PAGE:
The “unprecedented” bushfire threat continues into the night as winds of up to 130km/h fuels more than 20 emergency warning fires across Australia’s southeast.
There are 12 emergency fire warnings across NSW, including an out-of-control bushfire in between two giant fires on at the NSW-Victoria border which is likely to lead to a mega blaze spanning more than 300,000 hectares.
A dangerous southerly arrived in Victoria’s east early afternoon and is now fuelling fires as it moves along the east coast through NSW.
Mum just sent me this pic. Bega at 5:30pm. May as well be midnight. pic.twitter.com/dhmPrvhhTC— Naomi (@NaomiBW88) January 4, 2020
“We are in for a long night,” NSW Premier Gladys Berejiklian told reporters shortly after 4.30pm.
Winds of 128km/h were recorded at Cabramurra about 6pm where the now 230,000-hectare Dunns Road fire continues to spread.
Hours earlier it was 145,000 hectares in size.
There were once again apocalyptic scenes in towns in bushfire-affected areas, with many images on social media revealing a quick descent into darkness.
Images shared by Mallacoota resident Brendan, who has documented the plight of the coastal town since fires ripped through it earlier this week, showed the skies returning to a dark red with limited visibility.
There were similar scenes in a handful of towns moving along NSW’s south coast.
Merimbula 5 pm and black at 5.15pm pic.twitter.com/K9M0fN8HKd— @songheart (@Songheart) January 4, 2020
My brother sent me this from where he is at the moment. Narooma down the South Coast. pic.twitter.com/5yVqd5MeVO— 💕Michelle💕 (@michelle040) January 4, 2020
Photos from Eden, Merimbula and Bega showed the towns in complete darkness.
At about 4pm, Narooma on NSW’s far south coast, was lit up with an orange skyline, peppered with burning leaves.
The Badja Forest Road fire, roughly 200,000 hectares, burns perilously close to the west of Narooma.
Fears two fires in NSW, VIC could merge
A huge threat facing exhausted crews is the potential for the 128,000-hectare Green Valley fire at Corryong in Victoria to merge with the Dunns Road fire roughly 70km north in NSW.
The Dunns Road fire around Tumbarumba has breached the Snowy Mountains Highway - it is too late to leave for residents in Adelong and surrounding towns.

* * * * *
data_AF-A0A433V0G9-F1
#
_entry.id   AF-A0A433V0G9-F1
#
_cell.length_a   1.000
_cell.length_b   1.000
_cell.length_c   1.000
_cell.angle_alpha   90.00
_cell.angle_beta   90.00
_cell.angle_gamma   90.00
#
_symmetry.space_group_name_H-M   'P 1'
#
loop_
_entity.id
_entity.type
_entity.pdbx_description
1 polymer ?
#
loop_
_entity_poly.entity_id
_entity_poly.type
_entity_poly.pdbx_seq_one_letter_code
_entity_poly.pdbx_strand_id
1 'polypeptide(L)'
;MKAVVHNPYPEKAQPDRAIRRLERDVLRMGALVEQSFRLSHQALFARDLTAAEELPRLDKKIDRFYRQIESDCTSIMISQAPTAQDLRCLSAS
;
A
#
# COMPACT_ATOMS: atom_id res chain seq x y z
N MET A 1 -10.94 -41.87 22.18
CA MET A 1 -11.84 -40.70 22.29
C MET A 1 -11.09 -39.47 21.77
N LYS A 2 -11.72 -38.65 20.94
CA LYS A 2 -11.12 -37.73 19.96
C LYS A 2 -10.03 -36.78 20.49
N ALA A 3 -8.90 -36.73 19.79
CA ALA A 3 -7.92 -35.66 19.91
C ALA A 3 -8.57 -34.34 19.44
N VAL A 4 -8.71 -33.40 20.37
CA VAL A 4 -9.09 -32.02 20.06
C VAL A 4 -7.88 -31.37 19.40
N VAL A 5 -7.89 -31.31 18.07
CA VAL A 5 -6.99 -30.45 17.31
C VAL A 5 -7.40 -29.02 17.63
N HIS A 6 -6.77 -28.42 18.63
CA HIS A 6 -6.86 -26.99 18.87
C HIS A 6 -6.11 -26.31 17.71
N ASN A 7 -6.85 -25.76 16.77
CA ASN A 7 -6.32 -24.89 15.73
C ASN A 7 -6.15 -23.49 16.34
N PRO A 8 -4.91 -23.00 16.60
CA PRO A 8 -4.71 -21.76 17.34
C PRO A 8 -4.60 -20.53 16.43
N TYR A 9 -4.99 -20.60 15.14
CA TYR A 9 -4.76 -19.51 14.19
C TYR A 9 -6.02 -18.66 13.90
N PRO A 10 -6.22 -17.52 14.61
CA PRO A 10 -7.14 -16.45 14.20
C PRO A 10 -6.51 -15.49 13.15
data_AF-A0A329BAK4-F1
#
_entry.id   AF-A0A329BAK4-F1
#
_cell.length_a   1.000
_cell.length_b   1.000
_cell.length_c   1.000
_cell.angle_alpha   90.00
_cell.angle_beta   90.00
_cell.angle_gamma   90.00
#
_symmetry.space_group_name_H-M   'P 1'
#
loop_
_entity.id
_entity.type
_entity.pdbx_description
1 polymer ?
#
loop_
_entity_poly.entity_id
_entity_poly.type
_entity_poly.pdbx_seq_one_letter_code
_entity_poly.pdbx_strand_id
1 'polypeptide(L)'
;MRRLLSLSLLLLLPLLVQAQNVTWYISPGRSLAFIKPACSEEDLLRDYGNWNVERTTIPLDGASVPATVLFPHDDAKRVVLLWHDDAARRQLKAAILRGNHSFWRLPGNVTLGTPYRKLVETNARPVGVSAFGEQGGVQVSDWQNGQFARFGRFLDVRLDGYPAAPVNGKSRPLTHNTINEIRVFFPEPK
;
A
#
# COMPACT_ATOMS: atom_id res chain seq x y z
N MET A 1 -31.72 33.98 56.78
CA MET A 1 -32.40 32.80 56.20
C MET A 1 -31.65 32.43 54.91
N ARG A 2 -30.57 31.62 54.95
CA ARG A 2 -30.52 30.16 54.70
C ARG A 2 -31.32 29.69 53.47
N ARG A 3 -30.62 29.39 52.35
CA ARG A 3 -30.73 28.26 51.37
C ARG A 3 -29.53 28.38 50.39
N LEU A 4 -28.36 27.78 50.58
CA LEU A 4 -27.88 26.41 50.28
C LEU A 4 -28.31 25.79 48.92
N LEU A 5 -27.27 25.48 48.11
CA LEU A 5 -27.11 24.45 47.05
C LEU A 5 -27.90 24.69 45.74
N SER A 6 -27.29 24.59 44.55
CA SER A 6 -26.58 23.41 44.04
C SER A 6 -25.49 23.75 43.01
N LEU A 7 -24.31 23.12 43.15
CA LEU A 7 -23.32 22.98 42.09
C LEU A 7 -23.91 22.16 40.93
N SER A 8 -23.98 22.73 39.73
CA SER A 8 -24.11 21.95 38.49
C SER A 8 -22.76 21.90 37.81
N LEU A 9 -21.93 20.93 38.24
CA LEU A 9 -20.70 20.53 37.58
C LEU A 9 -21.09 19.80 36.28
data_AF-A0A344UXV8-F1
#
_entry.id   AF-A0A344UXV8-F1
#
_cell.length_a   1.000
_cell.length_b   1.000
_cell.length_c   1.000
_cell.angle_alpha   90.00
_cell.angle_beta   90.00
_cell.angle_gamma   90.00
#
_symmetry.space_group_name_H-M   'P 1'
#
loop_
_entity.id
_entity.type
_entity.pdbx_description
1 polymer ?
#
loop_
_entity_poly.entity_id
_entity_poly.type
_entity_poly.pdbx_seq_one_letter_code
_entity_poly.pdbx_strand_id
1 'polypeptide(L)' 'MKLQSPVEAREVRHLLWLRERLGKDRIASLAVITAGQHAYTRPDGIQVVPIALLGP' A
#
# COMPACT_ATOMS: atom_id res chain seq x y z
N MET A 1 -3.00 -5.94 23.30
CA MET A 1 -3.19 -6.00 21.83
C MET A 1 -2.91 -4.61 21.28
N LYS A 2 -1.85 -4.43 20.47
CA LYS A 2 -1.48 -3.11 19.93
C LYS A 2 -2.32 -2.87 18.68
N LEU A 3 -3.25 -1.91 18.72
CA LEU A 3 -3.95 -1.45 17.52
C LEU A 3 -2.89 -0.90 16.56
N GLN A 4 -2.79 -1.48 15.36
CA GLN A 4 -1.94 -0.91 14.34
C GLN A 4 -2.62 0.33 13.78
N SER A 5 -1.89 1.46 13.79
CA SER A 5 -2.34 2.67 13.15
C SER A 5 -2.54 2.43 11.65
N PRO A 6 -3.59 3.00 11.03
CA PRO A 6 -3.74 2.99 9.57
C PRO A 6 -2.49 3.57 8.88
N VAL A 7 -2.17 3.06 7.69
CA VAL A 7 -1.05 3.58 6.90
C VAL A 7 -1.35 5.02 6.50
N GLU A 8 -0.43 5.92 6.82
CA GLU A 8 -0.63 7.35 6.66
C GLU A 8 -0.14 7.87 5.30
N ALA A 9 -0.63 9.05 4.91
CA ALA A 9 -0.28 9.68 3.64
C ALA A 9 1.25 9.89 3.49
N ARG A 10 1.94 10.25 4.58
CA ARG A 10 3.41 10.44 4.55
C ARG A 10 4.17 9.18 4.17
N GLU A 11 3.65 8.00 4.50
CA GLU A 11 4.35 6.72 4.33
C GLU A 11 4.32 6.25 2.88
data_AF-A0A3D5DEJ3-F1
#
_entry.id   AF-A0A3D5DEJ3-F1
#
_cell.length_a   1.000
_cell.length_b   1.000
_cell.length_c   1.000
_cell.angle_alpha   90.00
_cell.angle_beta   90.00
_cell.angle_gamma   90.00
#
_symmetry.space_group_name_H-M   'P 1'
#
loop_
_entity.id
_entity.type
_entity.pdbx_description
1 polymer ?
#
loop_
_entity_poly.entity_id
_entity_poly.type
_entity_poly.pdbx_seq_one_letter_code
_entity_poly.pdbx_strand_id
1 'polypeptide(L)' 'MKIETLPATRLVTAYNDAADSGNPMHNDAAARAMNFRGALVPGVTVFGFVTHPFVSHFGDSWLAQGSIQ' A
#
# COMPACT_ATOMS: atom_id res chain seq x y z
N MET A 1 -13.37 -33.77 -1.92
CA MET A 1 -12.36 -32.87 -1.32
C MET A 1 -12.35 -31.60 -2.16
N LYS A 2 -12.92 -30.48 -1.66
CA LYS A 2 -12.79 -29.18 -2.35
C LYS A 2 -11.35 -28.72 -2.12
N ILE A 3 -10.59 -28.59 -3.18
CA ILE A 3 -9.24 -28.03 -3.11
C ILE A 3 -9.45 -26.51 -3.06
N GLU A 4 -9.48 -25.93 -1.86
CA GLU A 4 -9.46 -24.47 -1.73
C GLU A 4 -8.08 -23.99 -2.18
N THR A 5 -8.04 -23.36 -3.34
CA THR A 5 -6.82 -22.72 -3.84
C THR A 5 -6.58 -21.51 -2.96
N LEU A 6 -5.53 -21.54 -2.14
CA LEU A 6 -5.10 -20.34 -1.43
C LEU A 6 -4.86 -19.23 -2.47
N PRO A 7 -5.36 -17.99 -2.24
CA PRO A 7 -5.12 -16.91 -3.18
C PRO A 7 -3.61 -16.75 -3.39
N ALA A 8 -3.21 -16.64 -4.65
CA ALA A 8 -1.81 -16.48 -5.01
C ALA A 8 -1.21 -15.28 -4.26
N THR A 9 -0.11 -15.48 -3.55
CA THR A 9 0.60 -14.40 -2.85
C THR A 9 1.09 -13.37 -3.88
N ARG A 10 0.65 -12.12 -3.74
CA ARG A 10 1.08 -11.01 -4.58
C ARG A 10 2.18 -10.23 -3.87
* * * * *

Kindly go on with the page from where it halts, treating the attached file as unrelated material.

#BREAKING The Dunns Road Fire has jumped the Snowy Mountains Highway. The RFS says it’s too late to leave Adelong and surrounds, a town they thought would be safe from the blaze.— Montana Duncan (@montana_duncan9) January 4, 2020
The wind is erratic making the fire path unpredictable. @9NewsSyd pic.twitter.com/evm5RLpld5
Nestled in between the two fires is the out-of-control, 400-hectare East Ournie Creek fire which has been upgraded to emergency warning.
With the introduction of strong winds, which were predicted to reach 100km/h, and paired with temperatures well into the 40s, there is real concern the fires will combine.
NSW RFS Commissioner Shane Fitzsimmons said some crews were forced to retreat from tackling the fires he called a “conflagration” as conditions worsened with a wind change.
There are strong fears dry lightning storms and travelling embers will also start more fires.
The Currowan fire and Clyde Mountain fire, which surround the coastal towns of Batemans Bay and Ulladulla where thousands of tourists fled in the previous two days, are at emergency warning level and span a combined 345,000 hectares.
Some 30,000 customers in the Batemans Bay and Moruya regions have lost power due to bushfire affecting infrastructure, Essential Energy said on Saturday afternoon.
The RFS says residents in Bermagui, Regatta Point, Wallaga Lake and Wallaga Lake Heights should monitor conditions "and know what you will do if the fire threatens".
Hospitals in Batlow, Pambula and Tumut were evacuated as were healthcare facilities in Tumbarumba and Delegate.